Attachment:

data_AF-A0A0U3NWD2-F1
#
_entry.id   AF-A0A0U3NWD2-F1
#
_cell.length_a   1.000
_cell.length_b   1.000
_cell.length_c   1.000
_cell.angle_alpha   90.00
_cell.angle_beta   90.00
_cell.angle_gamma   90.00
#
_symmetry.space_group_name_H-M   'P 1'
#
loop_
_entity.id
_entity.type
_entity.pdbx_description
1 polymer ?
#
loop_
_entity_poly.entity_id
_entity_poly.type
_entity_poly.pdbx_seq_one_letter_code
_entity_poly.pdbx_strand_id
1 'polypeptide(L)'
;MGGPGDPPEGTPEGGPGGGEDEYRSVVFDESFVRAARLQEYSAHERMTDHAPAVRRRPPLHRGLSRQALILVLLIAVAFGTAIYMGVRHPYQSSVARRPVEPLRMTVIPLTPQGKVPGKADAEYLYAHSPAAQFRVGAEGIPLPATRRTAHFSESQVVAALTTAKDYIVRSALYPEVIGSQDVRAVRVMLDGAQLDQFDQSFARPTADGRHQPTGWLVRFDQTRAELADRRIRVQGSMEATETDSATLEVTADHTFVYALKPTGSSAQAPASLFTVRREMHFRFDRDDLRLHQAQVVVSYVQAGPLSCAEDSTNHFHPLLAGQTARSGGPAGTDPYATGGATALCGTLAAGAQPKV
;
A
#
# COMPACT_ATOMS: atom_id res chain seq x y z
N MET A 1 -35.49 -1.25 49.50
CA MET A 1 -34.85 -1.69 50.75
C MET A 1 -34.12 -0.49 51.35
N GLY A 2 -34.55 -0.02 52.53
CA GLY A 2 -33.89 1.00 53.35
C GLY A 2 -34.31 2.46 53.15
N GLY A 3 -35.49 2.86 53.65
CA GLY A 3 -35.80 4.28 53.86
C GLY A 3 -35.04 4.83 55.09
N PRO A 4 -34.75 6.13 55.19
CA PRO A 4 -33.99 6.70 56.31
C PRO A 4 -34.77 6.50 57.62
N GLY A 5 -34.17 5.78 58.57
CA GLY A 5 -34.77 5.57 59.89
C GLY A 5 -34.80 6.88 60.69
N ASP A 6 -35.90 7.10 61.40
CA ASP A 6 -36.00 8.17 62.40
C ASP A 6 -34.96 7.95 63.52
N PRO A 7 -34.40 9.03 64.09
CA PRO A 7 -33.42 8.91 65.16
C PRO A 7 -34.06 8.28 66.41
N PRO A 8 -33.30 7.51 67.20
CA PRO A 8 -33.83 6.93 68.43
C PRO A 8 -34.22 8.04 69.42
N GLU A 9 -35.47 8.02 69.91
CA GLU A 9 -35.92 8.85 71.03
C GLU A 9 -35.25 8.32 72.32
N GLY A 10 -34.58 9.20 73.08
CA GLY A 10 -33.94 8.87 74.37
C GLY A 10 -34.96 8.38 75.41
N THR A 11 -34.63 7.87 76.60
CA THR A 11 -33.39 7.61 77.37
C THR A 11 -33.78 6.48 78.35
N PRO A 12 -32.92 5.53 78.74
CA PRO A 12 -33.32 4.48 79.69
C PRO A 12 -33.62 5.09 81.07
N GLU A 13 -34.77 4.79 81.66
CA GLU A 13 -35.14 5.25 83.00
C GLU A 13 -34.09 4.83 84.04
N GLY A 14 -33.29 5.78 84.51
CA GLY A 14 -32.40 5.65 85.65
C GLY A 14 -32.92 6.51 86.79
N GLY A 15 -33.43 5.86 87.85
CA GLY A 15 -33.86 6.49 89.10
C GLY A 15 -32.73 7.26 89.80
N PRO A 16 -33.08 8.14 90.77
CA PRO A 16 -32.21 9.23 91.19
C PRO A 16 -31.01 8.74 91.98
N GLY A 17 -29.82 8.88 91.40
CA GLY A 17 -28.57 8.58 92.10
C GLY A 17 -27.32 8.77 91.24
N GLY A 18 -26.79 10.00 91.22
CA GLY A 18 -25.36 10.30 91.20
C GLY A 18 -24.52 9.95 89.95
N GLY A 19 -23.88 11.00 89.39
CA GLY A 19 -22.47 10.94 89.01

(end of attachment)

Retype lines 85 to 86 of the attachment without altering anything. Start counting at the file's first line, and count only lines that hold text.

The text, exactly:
N GLY A 19 -23.88 11.00 89.39
CA GLY A 19 -22.47 10.94 89.01